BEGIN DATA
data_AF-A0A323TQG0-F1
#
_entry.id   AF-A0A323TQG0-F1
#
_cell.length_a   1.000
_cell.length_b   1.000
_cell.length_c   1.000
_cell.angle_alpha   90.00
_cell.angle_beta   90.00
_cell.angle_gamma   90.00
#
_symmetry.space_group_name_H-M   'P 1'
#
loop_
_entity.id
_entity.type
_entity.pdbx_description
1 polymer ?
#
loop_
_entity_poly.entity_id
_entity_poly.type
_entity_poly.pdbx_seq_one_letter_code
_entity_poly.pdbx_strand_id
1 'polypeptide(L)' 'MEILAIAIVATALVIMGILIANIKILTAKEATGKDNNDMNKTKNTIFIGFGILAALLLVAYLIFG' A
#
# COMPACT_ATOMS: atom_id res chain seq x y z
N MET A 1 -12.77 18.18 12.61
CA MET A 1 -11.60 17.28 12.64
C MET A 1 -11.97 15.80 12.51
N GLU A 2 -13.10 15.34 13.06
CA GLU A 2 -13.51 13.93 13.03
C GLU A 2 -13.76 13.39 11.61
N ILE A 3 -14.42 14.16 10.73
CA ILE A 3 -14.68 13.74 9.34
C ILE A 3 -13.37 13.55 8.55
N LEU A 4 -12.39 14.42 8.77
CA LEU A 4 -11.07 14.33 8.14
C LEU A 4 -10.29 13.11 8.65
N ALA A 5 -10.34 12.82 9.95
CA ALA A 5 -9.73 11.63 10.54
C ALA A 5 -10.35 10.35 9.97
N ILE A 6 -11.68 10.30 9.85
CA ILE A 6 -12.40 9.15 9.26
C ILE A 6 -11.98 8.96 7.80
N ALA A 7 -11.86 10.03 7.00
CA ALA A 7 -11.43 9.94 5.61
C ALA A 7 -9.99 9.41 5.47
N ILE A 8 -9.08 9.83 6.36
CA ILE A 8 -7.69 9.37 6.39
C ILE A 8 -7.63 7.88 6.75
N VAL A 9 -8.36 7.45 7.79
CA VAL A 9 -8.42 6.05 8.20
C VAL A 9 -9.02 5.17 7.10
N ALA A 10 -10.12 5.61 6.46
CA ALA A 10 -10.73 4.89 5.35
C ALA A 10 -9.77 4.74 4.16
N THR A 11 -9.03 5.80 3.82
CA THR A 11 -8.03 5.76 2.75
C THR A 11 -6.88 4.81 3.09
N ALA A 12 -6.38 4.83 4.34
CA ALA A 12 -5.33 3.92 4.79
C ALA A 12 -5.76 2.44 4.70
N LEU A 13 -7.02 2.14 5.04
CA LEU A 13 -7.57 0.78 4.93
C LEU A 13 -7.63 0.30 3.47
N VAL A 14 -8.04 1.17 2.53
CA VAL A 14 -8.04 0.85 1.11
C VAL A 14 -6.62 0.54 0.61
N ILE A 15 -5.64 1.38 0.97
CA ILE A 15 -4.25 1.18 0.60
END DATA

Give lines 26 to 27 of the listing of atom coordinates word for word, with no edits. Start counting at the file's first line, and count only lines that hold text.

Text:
#
# COMPACT_ATOMS: atom_id res chain seq x y z